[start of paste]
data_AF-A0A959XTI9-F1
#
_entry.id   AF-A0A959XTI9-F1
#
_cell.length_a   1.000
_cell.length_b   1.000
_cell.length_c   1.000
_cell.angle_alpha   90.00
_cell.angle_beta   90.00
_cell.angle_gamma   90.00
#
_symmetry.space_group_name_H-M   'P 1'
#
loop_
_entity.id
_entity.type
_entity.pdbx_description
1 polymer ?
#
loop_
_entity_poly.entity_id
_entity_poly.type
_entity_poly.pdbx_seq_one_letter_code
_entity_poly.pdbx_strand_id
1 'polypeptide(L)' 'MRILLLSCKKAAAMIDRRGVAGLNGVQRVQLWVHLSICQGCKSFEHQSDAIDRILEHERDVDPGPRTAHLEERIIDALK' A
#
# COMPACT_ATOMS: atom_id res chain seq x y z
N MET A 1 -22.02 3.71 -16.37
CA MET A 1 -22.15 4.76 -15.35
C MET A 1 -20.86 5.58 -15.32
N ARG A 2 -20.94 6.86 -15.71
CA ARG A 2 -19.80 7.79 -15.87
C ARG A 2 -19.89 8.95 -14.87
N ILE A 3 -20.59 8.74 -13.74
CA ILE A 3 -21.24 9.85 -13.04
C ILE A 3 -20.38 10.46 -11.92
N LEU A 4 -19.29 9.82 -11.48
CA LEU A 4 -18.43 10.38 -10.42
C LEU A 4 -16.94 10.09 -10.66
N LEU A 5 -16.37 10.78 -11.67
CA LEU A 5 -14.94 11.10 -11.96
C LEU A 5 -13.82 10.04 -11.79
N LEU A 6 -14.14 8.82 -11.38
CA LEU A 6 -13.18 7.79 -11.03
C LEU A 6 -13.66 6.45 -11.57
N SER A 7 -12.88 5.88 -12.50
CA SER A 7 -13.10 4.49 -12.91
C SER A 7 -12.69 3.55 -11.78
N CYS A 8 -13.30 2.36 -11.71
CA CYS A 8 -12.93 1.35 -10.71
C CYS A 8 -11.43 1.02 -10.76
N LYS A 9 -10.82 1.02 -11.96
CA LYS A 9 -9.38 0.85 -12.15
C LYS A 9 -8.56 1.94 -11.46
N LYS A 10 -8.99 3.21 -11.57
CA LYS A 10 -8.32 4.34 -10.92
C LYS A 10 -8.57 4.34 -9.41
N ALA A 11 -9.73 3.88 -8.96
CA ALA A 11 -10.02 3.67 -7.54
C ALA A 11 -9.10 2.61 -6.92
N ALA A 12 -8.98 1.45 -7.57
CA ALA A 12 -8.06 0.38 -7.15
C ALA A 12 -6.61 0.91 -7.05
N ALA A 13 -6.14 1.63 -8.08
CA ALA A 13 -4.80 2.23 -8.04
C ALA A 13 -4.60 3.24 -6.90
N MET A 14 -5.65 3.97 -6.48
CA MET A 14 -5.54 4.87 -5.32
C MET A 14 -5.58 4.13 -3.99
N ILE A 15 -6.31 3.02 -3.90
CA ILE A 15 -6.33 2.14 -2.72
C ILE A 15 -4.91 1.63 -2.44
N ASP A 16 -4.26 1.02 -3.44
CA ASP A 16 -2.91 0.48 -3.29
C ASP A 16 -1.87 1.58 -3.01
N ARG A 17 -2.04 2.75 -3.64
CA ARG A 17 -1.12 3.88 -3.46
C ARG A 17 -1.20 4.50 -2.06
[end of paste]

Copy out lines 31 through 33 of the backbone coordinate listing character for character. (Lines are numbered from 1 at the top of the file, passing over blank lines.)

N ARG A 2 -20.94 6.86 -15.71
CA ARG A 2 -19.80 7.79 -15.87
C ARG A 2 -19.89 8.95 -14.87